We’re making a retreat! For the next month our home away from home will be Sacred Heart Retreat Center in Quezon City. The long retreat is an essential part of our IBVM formation. We make the 30 day Spiritual Exercises of St. Ignatius of Loyola once during our novititate and then again several years later before we make our final vows.
What are the Spiritual Exercises of St. Ignatius of Loyola?
(the following is taken from Ignatian Spirituality – a fantastic online resource!)
“The Spiritual Exercises grew out of Ignatius Loyola’s personal experience as a man seeking to grow in union with God and to discern God’s will. He kept a journal as he gained spiritual insight and deepened his spiritual experience. He added to these notes as he directed other people and discovered what “worked.” Eventually Ignatius gathered these prayers, meditations, reflections, and directions into a carefully designed framework of a retreat, which he called “spiritual exercises.”
Ignatius wrote that the Exercises: “have as their purpose the conquest of self and the regulation of one’s life in such a way that no decision is made under the influence of any inordinate attachment.” He wanted individuals to undertake these exercises with the assistance of an experienced spiritual director who would help them shape the retreat and understand what they were experiencing. The book of Spiritual Exercises is a handbook to be used by the director, not by the person making the retreat.”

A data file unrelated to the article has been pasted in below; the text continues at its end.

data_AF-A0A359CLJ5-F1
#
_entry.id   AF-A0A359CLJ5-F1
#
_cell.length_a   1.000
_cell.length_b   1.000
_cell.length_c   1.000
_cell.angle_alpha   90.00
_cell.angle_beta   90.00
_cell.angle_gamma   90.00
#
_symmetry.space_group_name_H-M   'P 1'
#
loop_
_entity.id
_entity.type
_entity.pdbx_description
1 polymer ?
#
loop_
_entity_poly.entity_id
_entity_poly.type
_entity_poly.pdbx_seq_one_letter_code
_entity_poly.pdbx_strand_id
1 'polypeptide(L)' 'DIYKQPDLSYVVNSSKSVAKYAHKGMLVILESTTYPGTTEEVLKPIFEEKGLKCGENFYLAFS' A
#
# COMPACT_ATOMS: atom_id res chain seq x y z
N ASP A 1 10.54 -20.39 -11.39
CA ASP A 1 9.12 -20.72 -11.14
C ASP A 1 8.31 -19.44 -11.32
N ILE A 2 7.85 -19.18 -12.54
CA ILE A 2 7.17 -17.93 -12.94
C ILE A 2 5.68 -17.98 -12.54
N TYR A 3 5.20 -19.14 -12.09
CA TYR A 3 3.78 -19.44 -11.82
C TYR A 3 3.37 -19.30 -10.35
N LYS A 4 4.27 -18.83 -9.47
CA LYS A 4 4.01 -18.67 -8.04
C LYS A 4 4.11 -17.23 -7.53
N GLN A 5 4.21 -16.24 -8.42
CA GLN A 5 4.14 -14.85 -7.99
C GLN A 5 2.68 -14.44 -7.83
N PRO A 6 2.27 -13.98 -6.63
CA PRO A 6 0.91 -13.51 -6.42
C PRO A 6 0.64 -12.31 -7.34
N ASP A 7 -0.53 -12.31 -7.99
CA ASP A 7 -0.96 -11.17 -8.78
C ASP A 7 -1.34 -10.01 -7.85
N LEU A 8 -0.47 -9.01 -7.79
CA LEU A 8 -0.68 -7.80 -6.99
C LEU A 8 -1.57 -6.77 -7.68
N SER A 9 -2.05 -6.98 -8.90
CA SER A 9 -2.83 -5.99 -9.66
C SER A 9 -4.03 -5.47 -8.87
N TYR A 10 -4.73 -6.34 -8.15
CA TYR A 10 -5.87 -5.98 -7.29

“Ignatius organized the Exercises into four “weeks.” These are not seven-day weeks, but stages on a journey to spiritual freedom and wholehearted commitment to the service of God.
First week. The first week of the Exercises is a time of reflection on our lives in light of God’s boundless love for us. We see that our response to God’s love has been hindered by patterns of sin. We face these sins knowing that God wants to free us of everything that gets in the way of our loving response to him. The first week ends with a meditation on Christ’s call to follow him.
Second week. The meditations and prayers of the second week teach us how to follow Christ as his disciples. We reflect on Scripture passages: Christ’s birth and baptism, his sermon on the mount, his ministry of healing and teaching, his raising Lazarus from the dead. We are brought to decisions to change our lives to do Christ’s work in the world and to love him more intimately.
Third week. We meditate on Christ’s Last Supper, passion, and death. We see his suffering and the gift of the Eucharist as the ultimate expression of God’s love.
Fourth week. We meditate on Jesus’ resurrection and his apparitions to his disciples. We walk with the risen Christ and set out to love and serve him in concrete ways in our lives in the world.”